The blogs I enjoy reading most are generally conversations where the comments are as important as the blog itself. So work out how you can turn your blog post into a conversation.

6. Revise. Edit. Proofread

We’re writers. We can do this. (If you can’t, Christian Editing Services can help you!)

7. Add a Killer Title

Feedly delivers me over 100 blog posts every single day. I don’t have time to read 100 blog posts. No one does. So how do I decide which posts to read? Based on the title.

Some people don’t want to use clickbaity titles such as 11 Tips for Writing a Great Blog Post. However, it’s only clickbaity if the post doesn’t actually deliver on the promise (or makes you click through 32 screens to get the 11 points).

Also, I’m reliably informed (thanks, Margie Lawson) that people subconsciously like numbered posts, because the numbers show us how much longer until the end of the post (not long now, people).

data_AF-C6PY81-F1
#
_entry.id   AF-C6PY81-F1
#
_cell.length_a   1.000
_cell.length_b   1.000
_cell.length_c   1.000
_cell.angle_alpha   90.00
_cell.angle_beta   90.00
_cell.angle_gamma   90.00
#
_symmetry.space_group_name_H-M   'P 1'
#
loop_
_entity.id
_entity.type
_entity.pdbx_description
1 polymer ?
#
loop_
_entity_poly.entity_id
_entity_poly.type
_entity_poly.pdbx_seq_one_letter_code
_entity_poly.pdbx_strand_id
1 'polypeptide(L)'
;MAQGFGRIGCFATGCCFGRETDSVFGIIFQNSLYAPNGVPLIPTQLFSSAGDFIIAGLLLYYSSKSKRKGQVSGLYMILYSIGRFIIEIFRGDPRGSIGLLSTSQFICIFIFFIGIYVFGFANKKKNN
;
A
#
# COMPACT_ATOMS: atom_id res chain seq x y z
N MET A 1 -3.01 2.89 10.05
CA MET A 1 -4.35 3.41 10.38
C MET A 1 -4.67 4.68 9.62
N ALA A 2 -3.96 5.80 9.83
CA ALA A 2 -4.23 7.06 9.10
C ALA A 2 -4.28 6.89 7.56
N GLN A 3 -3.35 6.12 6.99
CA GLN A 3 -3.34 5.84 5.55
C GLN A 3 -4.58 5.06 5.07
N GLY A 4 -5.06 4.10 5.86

8. Include a Relevant Image

People like images. Search engines like images. Social media likes images—experts will tell you posts with images get more attention.

Include images. (But make sure you are using them legally.)

Your main image should be centred at the very top of the post. This is the image Blogger will pick up for social media shares (if you use WordPress, you can select a Featured Image. WordPress will display that at the top of your post, and use it for social media shares).

Intersperse images throughout a longer post—it breaks up the text and makes it more readable.
 Use design software such as Canva to brand your images, so your images stand out to someone randomly scanning through Feedly. And include your killer title with your image—that will help when you’re sharing to visual sites like Instagram and Pinterest (see 10, below).

If you’re posting on a group blog like ACW, include your author photo, bio, and social media links at the bottom of the post.